Basil is king of summer gardens
If tomatoes are the queen of the summer garden, then basil is king.
That was easy to see at the recent Garden Expo: Almost as many basil plants as tomato starts were hauled out of the Spokane Community College campus.
Basil’s reign over vegetable gardens isn’t just about its popularity, it’s also in its name; basil comes from the ancient Greek word for king.
Basil is native to India and has been cultivated for around 5,000 years. It spread to Asia and Europe with early traders who realized the value of basil’s flavor and purported medicinal properties. Today, it is a key ingredient in Mediterranean cooking as well as the cuisines of Indonesia, Thailand, Vietnam, Cambodia, Laos and Taiwan.
One reason basil is popular is that it is easy to grow. It’s only picky requirement is that it needs really warm weather to grow well. Because it is native to tropical regions, it is frost-sensitive and needs night temperatures warmer than 50 degrees. If starts are set out when it’s too cool, the plants turn yellow and become stunted, and they won’t recover. Until early June, it’s best to keep basil indoors, well-watered in a bright window.
It is easy to seed basil directly into the garden in late June after the soil and air has warmed up. It will grow rapidly and you’ll have a good crop by the middle of August, just in time for the first ripe tomatoes. Generally basil plants should be planted a foot apart.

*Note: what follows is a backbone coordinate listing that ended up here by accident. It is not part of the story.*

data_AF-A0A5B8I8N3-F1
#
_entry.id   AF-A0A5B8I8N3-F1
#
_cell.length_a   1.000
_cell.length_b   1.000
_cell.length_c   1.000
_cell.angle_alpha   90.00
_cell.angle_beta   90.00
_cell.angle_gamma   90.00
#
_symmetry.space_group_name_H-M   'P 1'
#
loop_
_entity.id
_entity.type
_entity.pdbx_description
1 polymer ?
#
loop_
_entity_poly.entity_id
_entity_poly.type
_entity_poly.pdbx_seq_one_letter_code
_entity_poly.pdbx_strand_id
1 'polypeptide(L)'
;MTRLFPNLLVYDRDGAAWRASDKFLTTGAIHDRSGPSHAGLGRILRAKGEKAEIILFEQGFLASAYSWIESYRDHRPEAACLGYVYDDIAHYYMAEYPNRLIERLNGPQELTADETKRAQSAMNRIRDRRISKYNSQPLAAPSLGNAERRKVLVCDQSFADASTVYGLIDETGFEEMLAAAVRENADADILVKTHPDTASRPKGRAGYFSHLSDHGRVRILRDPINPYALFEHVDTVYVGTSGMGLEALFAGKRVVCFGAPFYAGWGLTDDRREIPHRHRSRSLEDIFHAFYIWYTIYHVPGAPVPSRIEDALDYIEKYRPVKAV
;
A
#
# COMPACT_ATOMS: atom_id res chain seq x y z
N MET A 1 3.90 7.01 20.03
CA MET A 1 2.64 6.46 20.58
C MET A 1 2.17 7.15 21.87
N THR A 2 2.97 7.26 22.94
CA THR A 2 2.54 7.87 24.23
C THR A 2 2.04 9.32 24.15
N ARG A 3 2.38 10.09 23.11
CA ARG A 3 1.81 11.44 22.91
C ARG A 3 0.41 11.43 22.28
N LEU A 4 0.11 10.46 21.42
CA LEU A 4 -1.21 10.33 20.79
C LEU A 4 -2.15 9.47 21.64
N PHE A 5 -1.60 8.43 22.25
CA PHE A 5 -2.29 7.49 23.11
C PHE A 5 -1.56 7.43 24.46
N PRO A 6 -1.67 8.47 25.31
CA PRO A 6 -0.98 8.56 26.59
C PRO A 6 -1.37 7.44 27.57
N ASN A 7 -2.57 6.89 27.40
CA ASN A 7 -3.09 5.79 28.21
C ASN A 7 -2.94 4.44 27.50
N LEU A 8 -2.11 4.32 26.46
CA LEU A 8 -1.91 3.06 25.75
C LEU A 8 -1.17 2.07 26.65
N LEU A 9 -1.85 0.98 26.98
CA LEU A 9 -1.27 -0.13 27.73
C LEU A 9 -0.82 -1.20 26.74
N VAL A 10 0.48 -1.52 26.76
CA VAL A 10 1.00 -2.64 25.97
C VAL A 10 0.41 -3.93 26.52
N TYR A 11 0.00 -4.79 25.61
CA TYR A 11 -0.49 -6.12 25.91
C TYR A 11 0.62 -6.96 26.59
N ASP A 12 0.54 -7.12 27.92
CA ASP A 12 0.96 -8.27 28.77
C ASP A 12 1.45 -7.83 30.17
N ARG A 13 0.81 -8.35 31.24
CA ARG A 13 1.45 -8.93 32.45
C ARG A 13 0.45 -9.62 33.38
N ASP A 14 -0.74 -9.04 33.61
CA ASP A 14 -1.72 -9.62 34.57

Basil needs a well-drained soil amended with compost and at least six to eight hours of full sun a day. Fertilize the plants every two weeks with a half-strength liquid fertilizer like fish emulsion or a light dusting of 10-10-10 dry fertilizer. Keep the plants well watered, especially when it’s hot. Pinch off flowers to encourage leaf growth. The plants generally grow 1 to 2 feet tall.
There are more than 160 named cultivars of basil. The ones we are most familiar with are the sweet basils used in Italian cooking. They include Genovese, cinnamon, dark opal, lettuce leaf and purple to name a few. Asian varieties include Thai, lemon and holy basil. Each variety has its own subtle flavors that can be matched to a wide variety of dishes.
Basil is best used fresh or made into a pesto, as its flavor doesn’t hold well dried or frozen. Pesto is made of fresh basil, olive oil, garlic, Parmesan cheese and pine nuts pureed in a blender. To preserve, pack the pesto into ice cube trays and freeze, then store the cubes in bag in the freezer. Individual cubes can then be used as needed.